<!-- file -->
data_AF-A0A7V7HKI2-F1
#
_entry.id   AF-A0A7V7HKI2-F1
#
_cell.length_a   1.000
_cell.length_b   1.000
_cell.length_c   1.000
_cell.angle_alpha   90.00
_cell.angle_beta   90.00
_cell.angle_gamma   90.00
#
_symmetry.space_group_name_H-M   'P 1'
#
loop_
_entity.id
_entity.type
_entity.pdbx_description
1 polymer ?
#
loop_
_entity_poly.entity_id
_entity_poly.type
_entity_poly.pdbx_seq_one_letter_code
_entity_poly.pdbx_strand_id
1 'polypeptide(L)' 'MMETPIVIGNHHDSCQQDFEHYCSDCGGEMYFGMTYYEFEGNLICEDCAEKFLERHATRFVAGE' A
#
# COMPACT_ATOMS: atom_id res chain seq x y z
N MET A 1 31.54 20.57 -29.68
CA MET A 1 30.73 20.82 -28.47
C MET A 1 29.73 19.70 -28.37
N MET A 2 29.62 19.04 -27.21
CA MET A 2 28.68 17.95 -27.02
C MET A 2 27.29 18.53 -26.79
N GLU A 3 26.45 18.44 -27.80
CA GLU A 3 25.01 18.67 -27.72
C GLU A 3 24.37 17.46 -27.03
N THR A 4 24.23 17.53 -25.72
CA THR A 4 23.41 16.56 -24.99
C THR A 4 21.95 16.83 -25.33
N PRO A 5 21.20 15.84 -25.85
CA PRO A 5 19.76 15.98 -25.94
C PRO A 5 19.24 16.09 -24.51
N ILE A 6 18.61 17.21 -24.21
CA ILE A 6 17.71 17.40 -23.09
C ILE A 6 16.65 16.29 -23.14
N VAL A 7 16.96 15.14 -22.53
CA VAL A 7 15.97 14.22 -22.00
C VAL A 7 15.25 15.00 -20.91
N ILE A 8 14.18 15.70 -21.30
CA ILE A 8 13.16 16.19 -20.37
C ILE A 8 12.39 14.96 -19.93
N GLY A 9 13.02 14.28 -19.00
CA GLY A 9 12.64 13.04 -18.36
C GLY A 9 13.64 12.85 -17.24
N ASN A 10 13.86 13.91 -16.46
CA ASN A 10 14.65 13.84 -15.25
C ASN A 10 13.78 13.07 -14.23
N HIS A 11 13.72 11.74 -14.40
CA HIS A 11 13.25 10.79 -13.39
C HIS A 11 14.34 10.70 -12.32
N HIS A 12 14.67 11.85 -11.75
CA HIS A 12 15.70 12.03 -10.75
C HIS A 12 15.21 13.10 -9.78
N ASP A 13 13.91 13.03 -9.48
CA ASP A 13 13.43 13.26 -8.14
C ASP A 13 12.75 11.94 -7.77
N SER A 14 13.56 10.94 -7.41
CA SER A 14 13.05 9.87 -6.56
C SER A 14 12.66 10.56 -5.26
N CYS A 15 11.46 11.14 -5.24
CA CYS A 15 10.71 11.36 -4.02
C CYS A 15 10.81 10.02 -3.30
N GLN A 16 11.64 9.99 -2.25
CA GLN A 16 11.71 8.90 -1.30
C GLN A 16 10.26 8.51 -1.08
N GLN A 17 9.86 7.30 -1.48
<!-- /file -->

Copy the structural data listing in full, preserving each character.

data_AF-A0A7V7HKI2-F1
#
_entry.id   AF-A0A7V7HKI2-F1
#
_cell.length_a   1.000
_cell.length_b   1.000
_cell.length_c   1.000
_cell.angle_alpha   90.00
_cell.angle_beta   90.00
_cell.angle_gamma   90.00
#
_symmetry.space_group_name_H-M   'P 1'
#
loop_
_entity.id
_entity.type
_entity.pdbx_description
1 polymer ?
#
loop_
_entity_poly.entity_id
_entity_poly.type
_entity_poly.pdbx_seq_one_letter_code
_entity_poly.pdbx_strand_id
1 'polypeptide(L)' 'MMETPIVIGNHHDSCQQDFEHYCSDCGGEMYFGMTYYEFEGNLICEDCAEKFLERHATRFVAGE' A
#
# COMPACT_ATOMS: atom_id res chain seq x y z
N MET A 1 31.54 20.57 -29.68
CA MET A 1 30.73 20.82 -28.47
C MET A 1 29.73 19.70 -28.37
N MET A 2 29.62 19.04 -27.21
CA MET A 2 28.68 17.95 -27.02
C MET A 2 27.29 18.53 -26.79
N GLU A 3 26.45 18.44 -27.80
CA GLU A 3 25.01 18.67 -27.72
C GLU A 3 24.37 17.46 -27.03
N THR A 4 24.23 17.53 -25.72
CA THR A 4 23.41 16.56 -24.99
C THR A 4 21.95 16.83 -25.33
N PRO A 5 21.20 15.84 -25.85
CA PRO A 5 19.76 15.98 -25.94
C PRO A 5 19.24 16.09 -24.51
N ILE A 6 18.61 17.21 -24.21
CA ILE A 6 17.71 17.40 -23.09
C ILE A 6 16.65 16.29 -23.14
N VAL A 7 16.96 15.14 -22.53
CA VAL A 7 15.97 14.22 -22.00
C VAL A 7 15.25 15.00 -20.91
N ILE A 8 14.18 15.70 -21.30
CA ILE A 8 13.16 16.19 -20.37
C ILE A 8 12.39 14.96 -19.93
N GLY A 9 13.02 14.28 -19.00
CA GLY A 9 12.64 13.04 -18.36
C GLY A 9 13.64 12.85 -17.24
N ASN A 10 13.86 13.91 -16.46
CA ASN A 10 14.65 13.84 -15.25
C ASN A 10 13.78 13.07 -14.23
N HIS A 11 13.72 11.74 -14.40
CA HIS A 11 13.25 10.79 -13.39
C HIS A 11 14.34 10.70 -12.32
N HIS A 12 14.67 11.85 -11.75
CA HIS A 12 15.70 12.03 -10.75
C HIS A 12 15.21 13.10 -9.78
N ASP A 13 13.91 13.03 -9.48
CA ASP A 13 13.43 13.26 -8.14
C ASP A 13 12.75 11.94 -7.77
N SER A 14 13.56 10.94 -7.41
CA SER A 14 13.05 9.87 -6.56
C SER A 14 12.66 10.56 -5.26
N CYS A 15 11.46 11.14 -5.24
CA CYS A 15 10.71 11.36 -4.02
C CYS A 15 10.81 10.02 -3.30
N GLN A 16 11.64 9.99 -2.25
CA GLN A 16 11.71 8.90 -1.30
C GLN A 16 10.26 8.51 -1.08
N GLN A 17 9.86 7.30 -1.48